Why the move?
It has always been something I wanted to do. I found this space on Charlotte Street in Fitzrovia and thought launching an operation more geared towards the QSR market there would be appropriate.
How did you come up with the concept?
If I think about it, the restaurants I own are almost an evolution of me. Roti Chai reflects the food I grew up with; the dishes are exciting and adventurous, which is what I craved when I was a child. Chai Ki, meanwhile, is akin to the food I ate when I came to the UK; it reminds me of what my mother would cook, using ingredients that were more accessible in the local area and fusing them with Indian flavours. Bambusa, however, is my style of cooking. I’ve travelled around Asia a lot and I love the ingredients, the different flavours, the textures and the ethos. The food is broad, colourful, and almost impossible to define.
If you had to though, how would you define it?
I think of it as modern bento. What’s relatively unusual about Bambusa in my view is there’s no set menu, instead diners can create their own meal. So they can start with some rice or sweet potato, mix it with a protein such as ginger shoyu chicken or kimchi BBQ jackfruit, add salad, pickles, maybe some chilli sauce, and they have designed their own dish. If they come back tomorrow and change just one component, it creates a meal with a completely different profile. There’s a great variety of flavours, but we’ve kept the menu relatively tight. I don’t want Bambusa to be pigeonholed as often happens when people discuss the food in Asian restaurants; they try to define it in exact terms, and become very uncomfortable if they’re unable to.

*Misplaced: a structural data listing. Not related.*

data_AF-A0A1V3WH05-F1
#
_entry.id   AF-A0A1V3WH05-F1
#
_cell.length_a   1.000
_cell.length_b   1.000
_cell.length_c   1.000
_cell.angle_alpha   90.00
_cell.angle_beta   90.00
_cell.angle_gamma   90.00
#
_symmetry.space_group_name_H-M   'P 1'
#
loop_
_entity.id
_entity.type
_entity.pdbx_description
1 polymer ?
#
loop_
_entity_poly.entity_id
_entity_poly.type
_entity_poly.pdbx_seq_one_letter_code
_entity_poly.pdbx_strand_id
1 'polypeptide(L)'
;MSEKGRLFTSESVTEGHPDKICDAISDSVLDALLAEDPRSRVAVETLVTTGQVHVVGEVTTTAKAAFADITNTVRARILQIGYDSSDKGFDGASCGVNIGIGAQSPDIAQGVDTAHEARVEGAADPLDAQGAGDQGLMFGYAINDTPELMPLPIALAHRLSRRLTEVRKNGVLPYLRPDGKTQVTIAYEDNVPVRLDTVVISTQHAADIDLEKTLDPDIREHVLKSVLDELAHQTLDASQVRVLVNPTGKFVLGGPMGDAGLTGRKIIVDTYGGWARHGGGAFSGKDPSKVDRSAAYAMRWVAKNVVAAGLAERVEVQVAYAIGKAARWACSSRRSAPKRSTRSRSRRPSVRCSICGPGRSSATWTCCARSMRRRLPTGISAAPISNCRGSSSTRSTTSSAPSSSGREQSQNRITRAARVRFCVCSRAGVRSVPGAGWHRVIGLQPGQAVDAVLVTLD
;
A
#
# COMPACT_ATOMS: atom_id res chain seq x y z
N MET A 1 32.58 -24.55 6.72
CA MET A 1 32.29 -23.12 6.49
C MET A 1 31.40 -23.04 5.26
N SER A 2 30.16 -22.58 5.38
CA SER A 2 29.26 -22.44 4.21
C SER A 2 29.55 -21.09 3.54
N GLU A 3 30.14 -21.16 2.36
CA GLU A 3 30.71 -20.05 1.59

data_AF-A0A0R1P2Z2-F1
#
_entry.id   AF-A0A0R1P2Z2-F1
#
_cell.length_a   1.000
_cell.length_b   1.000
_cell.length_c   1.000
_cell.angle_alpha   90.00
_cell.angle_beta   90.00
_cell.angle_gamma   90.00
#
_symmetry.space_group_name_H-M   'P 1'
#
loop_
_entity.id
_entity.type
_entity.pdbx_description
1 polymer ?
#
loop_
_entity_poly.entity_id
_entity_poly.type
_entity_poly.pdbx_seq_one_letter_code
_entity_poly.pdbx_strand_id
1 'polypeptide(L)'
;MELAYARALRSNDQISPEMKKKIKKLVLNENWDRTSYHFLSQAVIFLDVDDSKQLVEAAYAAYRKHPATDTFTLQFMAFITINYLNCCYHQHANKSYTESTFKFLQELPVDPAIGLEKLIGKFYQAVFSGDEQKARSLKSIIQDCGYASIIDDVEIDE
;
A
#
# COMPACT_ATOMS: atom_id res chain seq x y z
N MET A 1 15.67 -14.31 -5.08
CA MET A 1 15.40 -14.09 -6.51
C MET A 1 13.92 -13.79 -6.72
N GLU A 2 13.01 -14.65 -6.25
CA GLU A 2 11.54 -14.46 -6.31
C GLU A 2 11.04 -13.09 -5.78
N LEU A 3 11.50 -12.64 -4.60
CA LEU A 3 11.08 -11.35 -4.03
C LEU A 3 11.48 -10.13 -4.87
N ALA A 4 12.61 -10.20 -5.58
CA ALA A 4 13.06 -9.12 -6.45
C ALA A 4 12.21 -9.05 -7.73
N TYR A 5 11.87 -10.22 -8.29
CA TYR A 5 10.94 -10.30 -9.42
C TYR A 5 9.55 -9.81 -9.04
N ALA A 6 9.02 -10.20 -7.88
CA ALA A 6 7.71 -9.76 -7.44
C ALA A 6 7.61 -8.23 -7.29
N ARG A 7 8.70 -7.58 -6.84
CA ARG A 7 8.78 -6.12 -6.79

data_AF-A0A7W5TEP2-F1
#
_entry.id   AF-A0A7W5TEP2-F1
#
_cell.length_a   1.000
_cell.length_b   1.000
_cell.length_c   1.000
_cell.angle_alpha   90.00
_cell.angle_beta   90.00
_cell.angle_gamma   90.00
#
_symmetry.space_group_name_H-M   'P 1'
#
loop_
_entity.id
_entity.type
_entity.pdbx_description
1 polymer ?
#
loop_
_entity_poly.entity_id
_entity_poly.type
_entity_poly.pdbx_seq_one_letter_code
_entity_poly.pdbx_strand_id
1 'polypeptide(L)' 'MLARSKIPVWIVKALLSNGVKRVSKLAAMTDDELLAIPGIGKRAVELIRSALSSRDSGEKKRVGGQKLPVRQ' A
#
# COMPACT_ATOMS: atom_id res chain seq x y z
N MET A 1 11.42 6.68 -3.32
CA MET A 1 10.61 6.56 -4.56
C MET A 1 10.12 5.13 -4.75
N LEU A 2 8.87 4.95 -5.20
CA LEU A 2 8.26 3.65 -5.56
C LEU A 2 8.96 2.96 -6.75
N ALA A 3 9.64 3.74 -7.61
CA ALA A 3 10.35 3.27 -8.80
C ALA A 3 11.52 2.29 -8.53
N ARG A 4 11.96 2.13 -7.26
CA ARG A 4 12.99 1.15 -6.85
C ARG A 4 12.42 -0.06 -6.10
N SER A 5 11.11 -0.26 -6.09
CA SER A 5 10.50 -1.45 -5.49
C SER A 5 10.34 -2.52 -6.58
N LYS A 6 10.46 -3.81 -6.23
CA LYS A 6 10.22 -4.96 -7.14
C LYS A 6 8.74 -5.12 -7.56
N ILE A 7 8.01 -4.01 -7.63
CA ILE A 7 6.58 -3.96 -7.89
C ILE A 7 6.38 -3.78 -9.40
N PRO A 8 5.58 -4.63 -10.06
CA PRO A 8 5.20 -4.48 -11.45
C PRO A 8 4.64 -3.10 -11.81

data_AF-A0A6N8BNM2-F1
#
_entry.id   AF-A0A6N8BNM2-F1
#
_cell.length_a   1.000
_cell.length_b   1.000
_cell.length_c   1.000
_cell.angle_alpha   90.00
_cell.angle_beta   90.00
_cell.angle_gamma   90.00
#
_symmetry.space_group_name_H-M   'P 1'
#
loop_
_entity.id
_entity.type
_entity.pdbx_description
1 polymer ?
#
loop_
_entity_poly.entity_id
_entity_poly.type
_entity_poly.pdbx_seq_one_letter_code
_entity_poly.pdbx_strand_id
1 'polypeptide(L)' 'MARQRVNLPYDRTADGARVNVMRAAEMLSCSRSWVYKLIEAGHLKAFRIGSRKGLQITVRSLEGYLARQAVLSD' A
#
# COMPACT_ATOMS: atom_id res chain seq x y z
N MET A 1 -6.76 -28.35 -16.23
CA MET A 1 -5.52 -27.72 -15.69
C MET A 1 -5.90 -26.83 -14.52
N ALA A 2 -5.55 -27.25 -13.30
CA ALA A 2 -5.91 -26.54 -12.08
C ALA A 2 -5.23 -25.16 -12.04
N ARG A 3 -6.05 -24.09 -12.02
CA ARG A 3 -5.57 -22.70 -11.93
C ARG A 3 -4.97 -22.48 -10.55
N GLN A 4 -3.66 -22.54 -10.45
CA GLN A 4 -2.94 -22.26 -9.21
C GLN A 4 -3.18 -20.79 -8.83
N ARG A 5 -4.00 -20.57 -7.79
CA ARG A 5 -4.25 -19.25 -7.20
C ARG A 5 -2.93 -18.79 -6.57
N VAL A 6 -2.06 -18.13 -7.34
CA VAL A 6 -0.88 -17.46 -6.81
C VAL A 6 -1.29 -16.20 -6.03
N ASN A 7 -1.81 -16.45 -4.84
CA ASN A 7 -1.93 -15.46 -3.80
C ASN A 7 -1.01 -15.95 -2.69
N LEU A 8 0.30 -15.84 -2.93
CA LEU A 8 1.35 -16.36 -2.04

Do you plan to roll out the concept?
I don’t have any strict plans, but I may do one or two more if it works. I’m very fluid in how I approach the business: I want to find great locations where I can develop ideas that challenge and excite me.
What are your memories of working for The Cinnamon Club?
The Cinnamon Club was my first experience of the restaurant industry. I was fortunate enough to be appointed managing director early on, and my job was to try and define where the restaurant was going at a time when there were still deep-seated prejudices regarding Indian cuisine. Many were sceptical about the idea of Indian fine-dining – a lot of people struggled with the notion of coming to an Indian restaurant and having their meal paired with a wine, for example – and this was the primary challenge. But it was a wonderful experience, working with a talented team who were prepared to challenge what people perceived to be the norm. It helped emphasise to me why I originally wanted to work in this industry.
Do you think those preconceptions have started to change?
I think we have come a long way in the last 10 to 15 years, there’s no doubt about that. And I’m hoping that this is just the tip of the iceberg. But I try to look at it from a broader perspective. When it comes to Indian food, we’re talking about a tiny number of restaurants challenging people’s perceptions, which is such a small number given its popularity. For me, only when you have two or three hundred restaurants promoting this style of cuisine will it be normalised. Indian cuisine is an incredibly complex, and I want to see more consumers enjoying a restaurant just for being what it is, and not because of how it compares to what has come before. I think it has been fantastic to see how the Indian scene has progressed, but we still have a long way to go.